The Thought Fox is a poem by Ted Hughes. It is considered to be one of his best. It is about the skill and the craft required to flesh out a formless idea lurking in the recesses of the mind and bring it to life. Hughes uses a fox as metaphor for the idea. Firstly he nurtures the feeling of an idea out of the metaphorical forest, brings it through the snow and the dark landscape and into the mind fully formed. Hughes suggests the journey from a half baked idea into a fully formed finished article is pretty seamless.
The fox is first sensed.
"A fox’s nose touches twig, leaf;"
It is cautious and careful. Then we gather pace, it quite quickly takes form and runs headlong "across clearings" into the poet's head where it presents its fully formed self.
"Till, with a sudden sharp hot stink of fox, it enters the dark hole of the head."
Fully formed idea! Done.
For me, ideas are more like this: Trek into the snowy dark forest where I can't see or hear anything. I luckily stumble upon something unformed in the dark. I then have to wrestle it, kicking and screaming out of the woods where is doing its best to blind me. After days and weeks of struggle, I finally get the thing out of the woods, through the snow and into the house where I can finally see what it is! It's not quite what I expected, then it makes a bolt for the door!
This fox is part of my collection of Nocturnal creatures. There is something captivating about the night and what lurks in it. With all four creatures I used a lot of Prussian blue. I love Prussian blue! It is a bit of a trick to use such a limited colour palate. I think it works best where there are accents of a complementary colour, in this case the Quinacridone Gold.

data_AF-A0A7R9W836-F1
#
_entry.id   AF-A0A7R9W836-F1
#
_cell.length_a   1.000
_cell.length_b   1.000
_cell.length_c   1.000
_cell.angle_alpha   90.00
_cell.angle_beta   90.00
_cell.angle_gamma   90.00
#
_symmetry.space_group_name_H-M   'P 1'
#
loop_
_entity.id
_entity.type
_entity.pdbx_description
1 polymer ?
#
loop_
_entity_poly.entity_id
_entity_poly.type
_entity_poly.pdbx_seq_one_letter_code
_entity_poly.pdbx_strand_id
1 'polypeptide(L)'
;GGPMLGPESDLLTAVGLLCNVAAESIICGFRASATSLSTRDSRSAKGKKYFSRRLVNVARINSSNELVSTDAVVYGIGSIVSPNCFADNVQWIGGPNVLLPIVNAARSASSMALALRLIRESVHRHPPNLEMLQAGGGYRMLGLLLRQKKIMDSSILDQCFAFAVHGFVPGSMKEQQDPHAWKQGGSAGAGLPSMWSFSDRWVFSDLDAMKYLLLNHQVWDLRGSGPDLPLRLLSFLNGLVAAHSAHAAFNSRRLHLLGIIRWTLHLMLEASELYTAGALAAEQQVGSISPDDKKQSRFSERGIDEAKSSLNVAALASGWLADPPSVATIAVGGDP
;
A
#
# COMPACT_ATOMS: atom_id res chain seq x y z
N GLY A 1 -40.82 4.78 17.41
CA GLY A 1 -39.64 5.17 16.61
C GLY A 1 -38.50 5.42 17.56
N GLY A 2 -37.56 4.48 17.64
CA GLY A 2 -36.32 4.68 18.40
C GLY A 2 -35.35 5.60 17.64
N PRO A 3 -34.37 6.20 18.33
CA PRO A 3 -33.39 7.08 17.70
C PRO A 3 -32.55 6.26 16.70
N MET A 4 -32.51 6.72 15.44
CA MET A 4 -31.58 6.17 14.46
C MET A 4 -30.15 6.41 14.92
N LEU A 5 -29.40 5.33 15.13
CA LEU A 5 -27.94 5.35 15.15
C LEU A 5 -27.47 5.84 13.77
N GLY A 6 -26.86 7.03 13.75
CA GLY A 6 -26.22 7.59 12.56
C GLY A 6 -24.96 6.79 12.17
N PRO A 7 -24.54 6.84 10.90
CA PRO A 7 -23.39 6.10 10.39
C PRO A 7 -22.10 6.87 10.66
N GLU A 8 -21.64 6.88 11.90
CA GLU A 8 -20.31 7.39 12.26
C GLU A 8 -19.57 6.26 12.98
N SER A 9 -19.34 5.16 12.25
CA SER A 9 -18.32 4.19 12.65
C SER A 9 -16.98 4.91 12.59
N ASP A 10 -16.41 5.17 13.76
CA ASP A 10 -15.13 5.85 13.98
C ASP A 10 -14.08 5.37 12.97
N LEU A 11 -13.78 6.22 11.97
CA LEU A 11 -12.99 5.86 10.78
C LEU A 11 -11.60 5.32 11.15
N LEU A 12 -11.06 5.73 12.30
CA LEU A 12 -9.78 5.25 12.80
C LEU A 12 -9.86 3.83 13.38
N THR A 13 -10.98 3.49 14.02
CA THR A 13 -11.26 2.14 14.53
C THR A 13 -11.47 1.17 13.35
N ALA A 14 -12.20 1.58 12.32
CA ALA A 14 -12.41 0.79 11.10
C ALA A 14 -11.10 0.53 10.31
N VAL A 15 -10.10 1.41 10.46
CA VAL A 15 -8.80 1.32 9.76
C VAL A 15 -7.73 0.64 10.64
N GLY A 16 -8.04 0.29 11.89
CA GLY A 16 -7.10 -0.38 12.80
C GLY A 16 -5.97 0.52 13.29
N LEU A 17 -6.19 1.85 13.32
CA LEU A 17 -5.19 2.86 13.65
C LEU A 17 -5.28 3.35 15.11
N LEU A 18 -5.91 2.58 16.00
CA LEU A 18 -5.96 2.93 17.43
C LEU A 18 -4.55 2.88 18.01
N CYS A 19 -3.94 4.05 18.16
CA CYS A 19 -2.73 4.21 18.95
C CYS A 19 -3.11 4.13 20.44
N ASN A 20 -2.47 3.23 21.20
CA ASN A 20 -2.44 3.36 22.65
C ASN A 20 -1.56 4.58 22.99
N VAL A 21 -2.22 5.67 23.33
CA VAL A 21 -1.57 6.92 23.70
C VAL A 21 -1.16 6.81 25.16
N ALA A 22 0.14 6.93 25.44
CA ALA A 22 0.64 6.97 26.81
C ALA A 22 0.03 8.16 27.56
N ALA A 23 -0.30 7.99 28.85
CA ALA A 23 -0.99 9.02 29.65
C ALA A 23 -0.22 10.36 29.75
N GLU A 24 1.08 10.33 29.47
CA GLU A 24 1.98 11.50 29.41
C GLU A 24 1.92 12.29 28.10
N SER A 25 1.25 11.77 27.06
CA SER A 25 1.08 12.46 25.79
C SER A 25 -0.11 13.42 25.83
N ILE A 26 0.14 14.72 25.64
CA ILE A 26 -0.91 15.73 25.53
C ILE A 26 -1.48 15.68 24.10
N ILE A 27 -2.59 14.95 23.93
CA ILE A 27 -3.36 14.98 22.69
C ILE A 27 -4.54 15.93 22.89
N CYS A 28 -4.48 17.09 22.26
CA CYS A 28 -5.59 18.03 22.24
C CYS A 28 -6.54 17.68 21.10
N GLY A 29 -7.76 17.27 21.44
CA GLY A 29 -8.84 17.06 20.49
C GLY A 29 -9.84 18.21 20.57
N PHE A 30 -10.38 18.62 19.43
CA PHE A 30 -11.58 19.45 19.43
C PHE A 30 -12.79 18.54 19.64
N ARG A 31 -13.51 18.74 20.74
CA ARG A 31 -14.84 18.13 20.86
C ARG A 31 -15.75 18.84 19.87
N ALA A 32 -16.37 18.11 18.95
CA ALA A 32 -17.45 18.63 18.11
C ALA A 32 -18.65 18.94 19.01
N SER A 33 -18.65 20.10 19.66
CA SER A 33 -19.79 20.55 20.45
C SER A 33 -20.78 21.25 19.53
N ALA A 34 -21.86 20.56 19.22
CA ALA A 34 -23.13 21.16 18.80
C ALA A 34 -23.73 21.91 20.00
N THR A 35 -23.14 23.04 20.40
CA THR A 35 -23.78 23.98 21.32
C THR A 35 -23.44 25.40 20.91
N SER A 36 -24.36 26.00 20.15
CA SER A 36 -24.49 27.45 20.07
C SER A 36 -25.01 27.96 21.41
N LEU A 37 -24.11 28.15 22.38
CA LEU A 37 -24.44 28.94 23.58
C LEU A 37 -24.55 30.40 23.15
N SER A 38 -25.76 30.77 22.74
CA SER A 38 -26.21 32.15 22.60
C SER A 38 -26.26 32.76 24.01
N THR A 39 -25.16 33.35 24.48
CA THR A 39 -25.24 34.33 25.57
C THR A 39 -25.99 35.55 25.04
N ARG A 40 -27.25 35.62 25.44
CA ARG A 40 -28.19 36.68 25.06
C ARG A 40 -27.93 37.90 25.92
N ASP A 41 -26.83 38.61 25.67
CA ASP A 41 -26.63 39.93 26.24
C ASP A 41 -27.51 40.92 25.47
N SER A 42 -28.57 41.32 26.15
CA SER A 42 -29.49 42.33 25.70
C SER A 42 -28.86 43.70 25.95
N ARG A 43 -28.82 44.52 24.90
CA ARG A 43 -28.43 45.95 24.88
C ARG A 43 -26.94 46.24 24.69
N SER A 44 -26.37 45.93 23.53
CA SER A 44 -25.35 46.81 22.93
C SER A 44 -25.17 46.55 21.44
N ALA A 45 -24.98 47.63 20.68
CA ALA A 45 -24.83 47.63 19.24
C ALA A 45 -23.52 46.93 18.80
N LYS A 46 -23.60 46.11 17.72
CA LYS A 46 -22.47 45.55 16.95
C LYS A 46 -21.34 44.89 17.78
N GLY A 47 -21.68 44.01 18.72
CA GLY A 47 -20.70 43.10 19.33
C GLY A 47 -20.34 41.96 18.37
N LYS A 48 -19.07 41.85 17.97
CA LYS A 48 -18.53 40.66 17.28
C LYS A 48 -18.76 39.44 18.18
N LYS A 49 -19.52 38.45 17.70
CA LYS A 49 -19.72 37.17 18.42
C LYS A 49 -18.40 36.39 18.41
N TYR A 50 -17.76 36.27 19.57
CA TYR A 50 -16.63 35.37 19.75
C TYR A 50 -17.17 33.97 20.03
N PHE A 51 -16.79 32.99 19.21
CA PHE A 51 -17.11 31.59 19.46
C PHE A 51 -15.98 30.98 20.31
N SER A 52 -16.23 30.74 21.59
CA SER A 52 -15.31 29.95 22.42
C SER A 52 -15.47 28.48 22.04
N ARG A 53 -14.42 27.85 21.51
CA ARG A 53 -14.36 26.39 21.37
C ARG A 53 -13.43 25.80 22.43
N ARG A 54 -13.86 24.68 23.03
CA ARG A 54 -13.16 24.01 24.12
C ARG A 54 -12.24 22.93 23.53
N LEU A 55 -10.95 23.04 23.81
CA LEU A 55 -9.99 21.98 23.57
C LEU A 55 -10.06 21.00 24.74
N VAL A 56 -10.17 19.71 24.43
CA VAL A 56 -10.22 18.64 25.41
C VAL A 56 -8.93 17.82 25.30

Read The Thought Fox by Ted Hughes.
Image © Daniel Mackie.
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With the exception of artists, inventors, and teenagers - we humans are diurnal daytime creatures on the whole, and although it’s one thing to be out and about during the night in a street lit urban environment, it’s a very different scenario if you find yourself in, say… oh, I don’t know, a forest per se. Where, if you’re lucky, you may hear the unmistakable cry or hoot of an Owl: natures very own nocturne, a stark reminder of the unknown peril of night, and a creature that has featured heavily in myth and folklore throughout the ages.